Over past few months, I have travelled the length and breadth of South Australia, with the best part of my role being the engaging and enlightening conversations with so many children and young people whom I’ve met.

I started my ‘Listening tour’ in June knowing that I wanted to:

  • visit the regional centres and communities and involve them throughout my journey;
  • connect with a diversity of children and young people in a variety of settings including children with a disability, children in contact with criminal justice system, Aboriginal kids, refugees and asylum seekers, kids in care, homeless kids and kids in employment,
  • develop new relationships with old friends and create new partnerships.

It was always my intent that the first consultations and listening engagements were not ends in themselves but the start of enduring relationships.

I asked children and young people three questions during these consultations:

  • What’s important to them?
  • What would you change to make SA better for kids?
  • What do you want me to prioritise in my work?

At the end of September, I completed round one of the ‘Listening tour’ conversations.  At last count, I led 86 individual sessions with approximately 1,300 children and young people from 2 to 20 years of age. So, what have I discovered that I didn’t know when I started?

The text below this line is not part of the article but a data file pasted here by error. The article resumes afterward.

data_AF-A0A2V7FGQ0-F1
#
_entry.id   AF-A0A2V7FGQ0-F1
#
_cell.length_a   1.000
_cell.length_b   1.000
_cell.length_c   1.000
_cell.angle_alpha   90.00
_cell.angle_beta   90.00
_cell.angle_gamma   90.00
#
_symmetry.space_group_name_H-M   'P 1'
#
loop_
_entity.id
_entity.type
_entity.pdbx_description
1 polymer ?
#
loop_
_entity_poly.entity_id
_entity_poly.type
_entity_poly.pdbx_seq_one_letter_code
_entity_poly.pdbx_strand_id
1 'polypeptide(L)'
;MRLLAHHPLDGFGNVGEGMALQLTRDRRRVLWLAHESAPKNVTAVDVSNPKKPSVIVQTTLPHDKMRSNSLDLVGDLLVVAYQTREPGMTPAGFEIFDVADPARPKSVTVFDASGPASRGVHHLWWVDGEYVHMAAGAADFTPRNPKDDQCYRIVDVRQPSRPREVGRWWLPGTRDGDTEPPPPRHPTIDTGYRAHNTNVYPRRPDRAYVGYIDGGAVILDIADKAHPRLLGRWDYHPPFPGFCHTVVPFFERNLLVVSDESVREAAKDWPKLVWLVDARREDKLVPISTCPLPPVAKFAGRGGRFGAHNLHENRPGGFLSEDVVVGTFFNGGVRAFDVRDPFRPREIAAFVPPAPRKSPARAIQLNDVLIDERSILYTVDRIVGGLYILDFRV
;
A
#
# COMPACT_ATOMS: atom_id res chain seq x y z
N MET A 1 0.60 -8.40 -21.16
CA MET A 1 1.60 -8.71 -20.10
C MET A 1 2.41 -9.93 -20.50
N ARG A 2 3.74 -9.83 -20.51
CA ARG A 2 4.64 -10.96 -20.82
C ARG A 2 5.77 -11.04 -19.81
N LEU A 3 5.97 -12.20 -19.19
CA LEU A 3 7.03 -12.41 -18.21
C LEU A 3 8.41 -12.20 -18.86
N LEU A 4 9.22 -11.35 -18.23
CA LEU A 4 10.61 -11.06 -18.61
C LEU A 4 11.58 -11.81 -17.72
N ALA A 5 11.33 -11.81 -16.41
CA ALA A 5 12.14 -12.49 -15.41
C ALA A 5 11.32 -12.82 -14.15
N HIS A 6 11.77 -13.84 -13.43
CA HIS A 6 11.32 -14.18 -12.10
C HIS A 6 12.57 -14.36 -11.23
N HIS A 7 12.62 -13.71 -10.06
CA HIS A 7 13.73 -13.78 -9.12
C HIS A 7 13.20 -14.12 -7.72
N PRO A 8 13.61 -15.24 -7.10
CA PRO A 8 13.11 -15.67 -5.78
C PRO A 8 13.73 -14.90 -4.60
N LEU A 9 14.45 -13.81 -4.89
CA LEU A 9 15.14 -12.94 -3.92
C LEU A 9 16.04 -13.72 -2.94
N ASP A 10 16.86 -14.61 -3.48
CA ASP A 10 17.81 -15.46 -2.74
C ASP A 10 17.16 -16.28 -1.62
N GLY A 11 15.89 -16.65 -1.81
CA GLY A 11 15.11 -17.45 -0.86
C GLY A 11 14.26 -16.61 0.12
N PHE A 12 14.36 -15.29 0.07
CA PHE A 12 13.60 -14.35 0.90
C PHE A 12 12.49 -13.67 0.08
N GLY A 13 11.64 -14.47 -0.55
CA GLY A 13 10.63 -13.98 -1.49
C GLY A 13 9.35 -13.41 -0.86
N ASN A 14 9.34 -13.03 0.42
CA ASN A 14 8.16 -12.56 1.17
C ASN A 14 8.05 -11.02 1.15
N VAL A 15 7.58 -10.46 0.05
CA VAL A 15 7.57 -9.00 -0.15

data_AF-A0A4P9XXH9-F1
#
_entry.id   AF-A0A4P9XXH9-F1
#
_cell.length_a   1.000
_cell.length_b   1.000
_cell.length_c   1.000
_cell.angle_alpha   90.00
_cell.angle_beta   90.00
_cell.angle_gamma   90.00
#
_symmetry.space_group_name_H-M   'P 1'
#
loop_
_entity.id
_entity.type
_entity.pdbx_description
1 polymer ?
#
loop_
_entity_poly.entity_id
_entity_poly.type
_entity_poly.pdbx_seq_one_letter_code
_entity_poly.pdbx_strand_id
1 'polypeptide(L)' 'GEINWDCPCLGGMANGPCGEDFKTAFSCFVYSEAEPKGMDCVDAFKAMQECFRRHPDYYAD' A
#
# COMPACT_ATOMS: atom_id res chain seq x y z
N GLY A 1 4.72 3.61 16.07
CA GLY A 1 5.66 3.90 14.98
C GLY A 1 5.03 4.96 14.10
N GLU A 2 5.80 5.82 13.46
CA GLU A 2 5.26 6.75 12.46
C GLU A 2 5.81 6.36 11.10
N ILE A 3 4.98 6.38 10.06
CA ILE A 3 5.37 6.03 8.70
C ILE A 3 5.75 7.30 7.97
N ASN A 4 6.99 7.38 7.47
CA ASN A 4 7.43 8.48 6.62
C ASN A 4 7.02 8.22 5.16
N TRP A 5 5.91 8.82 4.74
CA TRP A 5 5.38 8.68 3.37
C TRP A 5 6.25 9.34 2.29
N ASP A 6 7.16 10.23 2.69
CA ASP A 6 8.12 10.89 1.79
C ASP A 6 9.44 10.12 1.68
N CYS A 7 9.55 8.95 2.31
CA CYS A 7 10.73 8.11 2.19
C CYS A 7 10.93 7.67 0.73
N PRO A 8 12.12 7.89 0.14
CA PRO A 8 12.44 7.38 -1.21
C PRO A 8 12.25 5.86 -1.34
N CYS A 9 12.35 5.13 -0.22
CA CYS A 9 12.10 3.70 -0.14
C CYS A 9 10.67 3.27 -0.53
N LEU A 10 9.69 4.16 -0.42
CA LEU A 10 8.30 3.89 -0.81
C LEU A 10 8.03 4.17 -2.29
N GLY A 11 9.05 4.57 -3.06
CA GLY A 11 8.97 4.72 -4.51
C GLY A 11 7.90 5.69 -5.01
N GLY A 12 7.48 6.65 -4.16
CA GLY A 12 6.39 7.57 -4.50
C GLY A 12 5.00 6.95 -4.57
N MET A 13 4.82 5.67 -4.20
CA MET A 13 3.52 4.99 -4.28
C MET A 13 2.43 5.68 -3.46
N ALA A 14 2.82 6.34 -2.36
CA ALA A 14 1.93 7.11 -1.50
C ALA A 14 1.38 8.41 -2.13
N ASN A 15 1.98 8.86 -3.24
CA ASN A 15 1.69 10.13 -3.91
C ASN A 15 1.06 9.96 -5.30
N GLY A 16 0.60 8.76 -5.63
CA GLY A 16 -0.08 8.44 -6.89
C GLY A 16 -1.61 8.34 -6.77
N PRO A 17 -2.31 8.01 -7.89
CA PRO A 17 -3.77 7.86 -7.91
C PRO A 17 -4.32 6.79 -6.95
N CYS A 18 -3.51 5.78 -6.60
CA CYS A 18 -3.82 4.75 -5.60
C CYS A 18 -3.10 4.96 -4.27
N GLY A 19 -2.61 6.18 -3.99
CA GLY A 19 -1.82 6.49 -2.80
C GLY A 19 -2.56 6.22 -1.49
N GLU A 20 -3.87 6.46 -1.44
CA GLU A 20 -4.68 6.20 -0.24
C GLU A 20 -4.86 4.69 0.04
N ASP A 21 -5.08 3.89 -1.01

The surprises were:

  • the number of kids who found it challenging in answering the questions, and how much they appreciated being asked,
  • the size, scale and importance of gaming for social interaction, recreation, skill development
    and teamwork,
  • the cost of living pressures affecting young people particularly price of electricity, food and transport.

I am in the process of finalising a report, but as a teaser, I can see emerging themes developing around the views, stories and ideas children and young peoples have shared during the ‘Listening tour’ such as:

  • what makes a home, school and community environments safe?
  • how do we become more inclusive of race and gender diversity?
  • how do we build on and generate more awareness surrounding mental health in schools and work?
  • how do we get more peer involvement in education?

Raising awareness about issues that affect children and young people means a future where our kids can believe that anything is possible.

I welcome your feedback on the forthcoming report and I hope you will join me in creating a better future for all young people living in South Australia.

Helen